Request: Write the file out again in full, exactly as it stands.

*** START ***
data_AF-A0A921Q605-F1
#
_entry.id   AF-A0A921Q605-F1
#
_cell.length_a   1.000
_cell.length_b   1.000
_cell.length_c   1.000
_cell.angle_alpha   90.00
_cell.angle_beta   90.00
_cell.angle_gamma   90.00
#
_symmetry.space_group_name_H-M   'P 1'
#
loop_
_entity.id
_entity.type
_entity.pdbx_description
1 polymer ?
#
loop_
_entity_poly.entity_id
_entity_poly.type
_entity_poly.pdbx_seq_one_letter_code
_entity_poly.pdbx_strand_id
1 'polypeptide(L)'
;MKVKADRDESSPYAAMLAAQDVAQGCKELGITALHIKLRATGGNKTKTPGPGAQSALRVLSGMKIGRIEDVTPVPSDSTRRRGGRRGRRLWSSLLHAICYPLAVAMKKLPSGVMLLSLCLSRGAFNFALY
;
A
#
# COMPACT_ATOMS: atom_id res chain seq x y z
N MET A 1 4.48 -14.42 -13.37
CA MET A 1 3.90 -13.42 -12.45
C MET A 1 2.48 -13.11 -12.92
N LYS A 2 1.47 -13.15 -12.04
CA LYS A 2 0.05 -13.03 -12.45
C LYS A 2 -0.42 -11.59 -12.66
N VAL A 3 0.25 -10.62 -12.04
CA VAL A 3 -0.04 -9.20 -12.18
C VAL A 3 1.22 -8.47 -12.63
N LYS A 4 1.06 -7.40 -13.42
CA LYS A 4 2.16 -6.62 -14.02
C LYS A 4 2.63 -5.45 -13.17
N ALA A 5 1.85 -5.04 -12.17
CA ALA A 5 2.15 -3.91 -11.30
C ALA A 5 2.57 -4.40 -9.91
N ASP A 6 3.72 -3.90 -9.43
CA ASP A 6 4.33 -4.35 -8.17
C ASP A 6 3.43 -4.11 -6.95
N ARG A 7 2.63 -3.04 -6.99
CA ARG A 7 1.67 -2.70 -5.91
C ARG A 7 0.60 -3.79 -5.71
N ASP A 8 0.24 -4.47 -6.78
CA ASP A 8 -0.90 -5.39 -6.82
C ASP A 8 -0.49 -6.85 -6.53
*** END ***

data_AF-A0A921Q605-F1
#
_entry.id   AF-A0A921Q605-F1
#
_cell.length_a   1.000
_cell.length_b   1.000
_cell.length_c   1.000
_cell.angle_alpha   90.00
_cell.angle_beta   90.00
_cell.angle_gamma   90.00
#
_symmetry.space_group_name_H-M   'P 1'
#
loop_
_entity.id
_entity.type
_entity.pdbx_description
1 polymer ?
#
loop_
_entity_poly.entity_id
_entity_poly.type
_entity_poly.pdbx_seq_one_letter_code
_entity_poly.pdbx_strand_id
1 'polypeptide(L)'
;MKVKADRDESSPYAAMLAAQDVAQGCKELGITALHIKLRATGGNKTKTPGPGAQSALRVLSGMKIGRIEDVTPVPSDSTRRRGGRRGRRLWSSLLHAICYPLAVAMKKLPSGVMLLSLCLSRGAFNFALY
;
A
#
# COMPACT_ATOMS: atom_id res chain seq x y z
N MET A 1 4.48 -14.42 -13.37
CA MET A 1 3.90 -13.42 -12.45
C MET A 1 2.48 -13.11 -12.92
N LYS A 2 1.47 -13.15 -12.04
CA LYS A 2 0.05 -13.03 -12.45
C LYS A 2 -0.42 -11.59 -12.66
N VAL A 3 0.25 -10.62 -12.04
CA VAL A 3 -0.04 -9.20 -12.18
C VAL A 3 1.22 -8.47 -12.63
N LYS A 4 1.06 -7.40 -13.42
CA LYS A 4 2.16 -6.62 -14.02
C LYS A 4 2.63 -5.45 -13.17
N ALA A 5 1.85 -5.04 -12.17
CA ALA A 5 2.15 -3.91 -11.30
C ALA A 5 2.57 -4.40 -9.91
N ASP A 6 3.72 -3.90 -9.43
CA ASP A 6 4.33 -4.35 -8.17
C ASP A 6 3.43 -4.11 -6.95
N ARG A 7 2.63 -3.04 -6.99
CA ARG A 7 1.67 -2.70 -5.91
C ARG A 7 0.60 -3.79 -5.71
N ASP A 8 0.24 -4.47 -6.78
CA ASP A 8 -0.90 -5.39 -6.82
C ASP A 8 -0.49 -6.85 -6.53